The Q&A Archives: Starchy tuber--a redundancy?

Question: I refer to potatoes as starchy tubers. Is this redundant? Are all tubers starchy? Or does the size reflect the starchy-ness? Are dahlia and begonia tubers starchy?
Thank you for your help.
Cindy H, Washington School, Summit, NJ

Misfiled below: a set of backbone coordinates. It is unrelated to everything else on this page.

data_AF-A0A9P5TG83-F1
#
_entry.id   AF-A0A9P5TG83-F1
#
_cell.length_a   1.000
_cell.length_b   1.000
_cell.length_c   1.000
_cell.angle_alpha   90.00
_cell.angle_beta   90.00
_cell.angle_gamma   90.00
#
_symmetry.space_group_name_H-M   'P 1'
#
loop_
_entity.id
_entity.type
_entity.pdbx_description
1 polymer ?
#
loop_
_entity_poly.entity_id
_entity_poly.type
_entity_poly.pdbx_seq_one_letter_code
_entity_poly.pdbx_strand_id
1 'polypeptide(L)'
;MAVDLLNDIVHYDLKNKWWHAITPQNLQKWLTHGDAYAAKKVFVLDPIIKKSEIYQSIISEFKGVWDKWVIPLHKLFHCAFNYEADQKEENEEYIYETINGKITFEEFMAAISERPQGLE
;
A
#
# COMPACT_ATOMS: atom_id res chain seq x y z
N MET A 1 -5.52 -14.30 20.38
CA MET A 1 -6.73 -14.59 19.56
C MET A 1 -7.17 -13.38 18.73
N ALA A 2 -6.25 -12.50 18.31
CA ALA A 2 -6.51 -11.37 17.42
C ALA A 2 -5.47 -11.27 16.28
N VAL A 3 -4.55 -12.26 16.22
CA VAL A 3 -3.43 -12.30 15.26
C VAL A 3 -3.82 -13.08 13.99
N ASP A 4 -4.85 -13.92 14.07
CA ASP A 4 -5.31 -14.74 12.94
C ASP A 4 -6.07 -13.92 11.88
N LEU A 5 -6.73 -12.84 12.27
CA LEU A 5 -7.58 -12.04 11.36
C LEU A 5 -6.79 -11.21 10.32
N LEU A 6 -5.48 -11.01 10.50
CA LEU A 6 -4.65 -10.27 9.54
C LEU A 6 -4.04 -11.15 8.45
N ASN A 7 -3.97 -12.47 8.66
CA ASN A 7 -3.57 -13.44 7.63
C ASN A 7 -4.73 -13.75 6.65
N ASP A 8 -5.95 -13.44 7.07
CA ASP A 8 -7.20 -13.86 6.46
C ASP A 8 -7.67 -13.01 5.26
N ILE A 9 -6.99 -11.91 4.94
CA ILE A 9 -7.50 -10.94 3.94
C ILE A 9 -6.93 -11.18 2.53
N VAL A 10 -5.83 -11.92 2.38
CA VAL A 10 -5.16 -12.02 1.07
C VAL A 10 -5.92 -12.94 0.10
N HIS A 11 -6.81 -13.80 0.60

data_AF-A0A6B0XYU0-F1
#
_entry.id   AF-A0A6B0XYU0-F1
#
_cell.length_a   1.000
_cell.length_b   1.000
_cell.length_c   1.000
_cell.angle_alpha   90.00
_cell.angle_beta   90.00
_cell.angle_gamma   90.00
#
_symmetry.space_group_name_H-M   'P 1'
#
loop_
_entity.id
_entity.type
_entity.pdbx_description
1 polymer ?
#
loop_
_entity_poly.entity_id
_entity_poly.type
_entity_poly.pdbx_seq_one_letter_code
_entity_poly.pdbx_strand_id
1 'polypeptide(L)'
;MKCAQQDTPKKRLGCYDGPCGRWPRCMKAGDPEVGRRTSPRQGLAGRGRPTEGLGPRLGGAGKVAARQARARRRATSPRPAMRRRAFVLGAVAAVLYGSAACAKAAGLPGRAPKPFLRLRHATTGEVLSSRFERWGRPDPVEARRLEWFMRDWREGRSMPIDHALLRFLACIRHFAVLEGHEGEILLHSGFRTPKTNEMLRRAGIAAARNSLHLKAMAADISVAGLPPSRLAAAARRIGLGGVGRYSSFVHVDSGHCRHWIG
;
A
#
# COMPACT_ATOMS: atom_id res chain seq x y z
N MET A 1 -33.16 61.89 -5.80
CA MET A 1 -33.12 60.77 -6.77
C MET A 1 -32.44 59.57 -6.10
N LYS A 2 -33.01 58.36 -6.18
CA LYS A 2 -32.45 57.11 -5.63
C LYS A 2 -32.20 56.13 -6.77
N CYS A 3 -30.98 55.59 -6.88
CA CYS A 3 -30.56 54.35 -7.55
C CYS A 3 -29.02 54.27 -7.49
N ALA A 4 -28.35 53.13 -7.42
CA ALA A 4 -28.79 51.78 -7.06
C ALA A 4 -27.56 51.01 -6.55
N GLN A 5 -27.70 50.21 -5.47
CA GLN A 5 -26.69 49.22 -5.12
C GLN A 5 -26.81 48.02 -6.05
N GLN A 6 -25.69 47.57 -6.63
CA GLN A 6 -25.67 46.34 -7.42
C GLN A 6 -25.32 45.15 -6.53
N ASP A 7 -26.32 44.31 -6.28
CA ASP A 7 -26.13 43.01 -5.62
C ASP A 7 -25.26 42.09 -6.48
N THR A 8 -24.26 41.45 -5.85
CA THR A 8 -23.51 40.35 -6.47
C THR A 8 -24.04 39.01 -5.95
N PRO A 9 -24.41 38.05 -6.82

Answer: In a botanical sense, a tuber is an enlarged portion of an underground stem. It's considered a storage organ and as carbohydrates are collected it becomes enlarged. Potatoes are starchy tubers. Each tuber has many growth buds, each of which is capable of sprouting a new plant by utilizing the carbohydrates it has stored. We eat potatoes and consider the carbohydrates they contain to be a starch. Dahlia tubers are actually tuberous roots. They store carbohydrates for the plant, but without a growth bud from the crown of the plant (located on the stem), it is incapable of producing a new plant. Begonias have enlarged stems located between the roots and the regular stem of the plant. These enlarged stems are called tuberous stems. A begonia plant can be propagated by cutting the tuberous stem into sections so each section has a growth bud.

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